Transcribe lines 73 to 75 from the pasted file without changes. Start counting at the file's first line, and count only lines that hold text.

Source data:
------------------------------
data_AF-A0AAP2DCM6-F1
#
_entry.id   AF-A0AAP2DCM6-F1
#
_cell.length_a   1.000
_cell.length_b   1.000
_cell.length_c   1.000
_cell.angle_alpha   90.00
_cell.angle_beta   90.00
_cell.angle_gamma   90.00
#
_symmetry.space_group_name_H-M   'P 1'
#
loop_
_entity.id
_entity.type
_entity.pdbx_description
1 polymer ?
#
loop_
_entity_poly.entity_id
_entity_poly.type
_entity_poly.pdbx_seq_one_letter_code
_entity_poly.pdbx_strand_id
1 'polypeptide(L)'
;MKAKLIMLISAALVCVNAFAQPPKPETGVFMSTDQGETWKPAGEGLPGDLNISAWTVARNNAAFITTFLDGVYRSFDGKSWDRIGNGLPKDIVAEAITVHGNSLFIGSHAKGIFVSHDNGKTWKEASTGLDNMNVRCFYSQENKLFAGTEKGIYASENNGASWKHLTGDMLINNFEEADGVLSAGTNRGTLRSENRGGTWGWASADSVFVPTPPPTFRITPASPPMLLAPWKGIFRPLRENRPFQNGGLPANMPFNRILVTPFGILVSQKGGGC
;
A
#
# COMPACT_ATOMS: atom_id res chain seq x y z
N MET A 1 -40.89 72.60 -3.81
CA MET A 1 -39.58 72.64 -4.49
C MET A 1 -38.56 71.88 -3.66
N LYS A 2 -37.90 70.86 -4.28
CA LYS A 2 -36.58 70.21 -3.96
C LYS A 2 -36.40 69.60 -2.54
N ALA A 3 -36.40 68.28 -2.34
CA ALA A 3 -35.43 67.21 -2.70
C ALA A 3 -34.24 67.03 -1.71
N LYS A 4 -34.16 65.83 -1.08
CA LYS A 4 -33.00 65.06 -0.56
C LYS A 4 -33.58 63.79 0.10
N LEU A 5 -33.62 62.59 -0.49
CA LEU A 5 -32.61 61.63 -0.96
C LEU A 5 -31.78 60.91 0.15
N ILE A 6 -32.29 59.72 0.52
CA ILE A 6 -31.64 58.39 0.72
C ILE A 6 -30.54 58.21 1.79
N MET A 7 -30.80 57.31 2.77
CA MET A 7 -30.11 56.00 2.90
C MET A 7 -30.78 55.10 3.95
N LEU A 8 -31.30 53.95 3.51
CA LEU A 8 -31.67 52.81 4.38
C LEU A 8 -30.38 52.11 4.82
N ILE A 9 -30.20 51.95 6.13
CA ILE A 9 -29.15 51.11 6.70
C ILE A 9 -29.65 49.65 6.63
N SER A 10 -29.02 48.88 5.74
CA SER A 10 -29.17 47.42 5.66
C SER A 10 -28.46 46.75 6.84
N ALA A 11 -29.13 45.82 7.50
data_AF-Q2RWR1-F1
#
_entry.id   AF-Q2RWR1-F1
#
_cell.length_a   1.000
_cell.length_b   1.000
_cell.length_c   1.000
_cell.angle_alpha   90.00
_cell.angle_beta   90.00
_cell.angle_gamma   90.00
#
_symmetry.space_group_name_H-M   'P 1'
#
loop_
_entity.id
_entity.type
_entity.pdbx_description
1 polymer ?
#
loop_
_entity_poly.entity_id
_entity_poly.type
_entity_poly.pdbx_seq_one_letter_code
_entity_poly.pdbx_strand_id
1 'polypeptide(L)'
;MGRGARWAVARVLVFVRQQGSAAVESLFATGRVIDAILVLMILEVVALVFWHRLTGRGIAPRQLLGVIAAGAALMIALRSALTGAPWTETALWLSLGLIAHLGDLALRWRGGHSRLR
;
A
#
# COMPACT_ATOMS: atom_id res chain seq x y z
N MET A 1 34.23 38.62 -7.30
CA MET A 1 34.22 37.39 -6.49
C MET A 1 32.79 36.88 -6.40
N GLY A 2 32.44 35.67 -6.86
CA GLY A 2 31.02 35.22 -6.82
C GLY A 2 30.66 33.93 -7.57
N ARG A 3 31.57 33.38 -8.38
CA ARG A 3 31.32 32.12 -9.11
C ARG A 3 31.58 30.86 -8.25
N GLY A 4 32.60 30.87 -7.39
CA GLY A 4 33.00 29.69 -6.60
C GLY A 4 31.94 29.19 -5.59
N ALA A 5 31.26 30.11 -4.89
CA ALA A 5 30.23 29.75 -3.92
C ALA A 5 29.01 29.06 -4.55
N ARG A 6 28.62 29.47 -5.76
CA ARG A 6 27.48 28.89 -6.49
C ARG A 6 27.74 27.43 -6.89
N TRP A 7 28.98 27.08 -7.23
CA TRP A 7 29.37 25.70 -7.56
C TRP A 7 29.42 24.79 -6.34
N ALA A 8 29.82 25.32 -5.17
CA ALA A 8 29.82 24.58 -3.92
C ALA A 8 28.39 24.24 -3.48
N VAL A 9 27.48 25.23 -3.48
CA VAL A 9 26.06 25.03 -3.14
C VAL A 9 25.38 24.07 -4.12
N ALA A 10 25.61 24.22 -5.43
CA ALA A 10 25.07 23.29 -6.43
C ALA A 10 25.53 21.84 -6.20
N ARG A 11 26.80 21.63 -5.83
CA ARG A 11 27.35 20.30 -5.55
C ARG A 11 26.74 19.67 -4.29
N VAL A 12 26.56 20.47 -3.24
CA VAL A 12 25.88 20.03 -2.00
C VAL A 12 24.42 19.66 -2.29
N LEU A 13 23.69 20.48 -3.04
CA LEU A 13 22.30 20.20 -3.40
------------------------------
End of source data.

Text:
_symmetry.space_group_name_H-M   'P 1'
#
loop_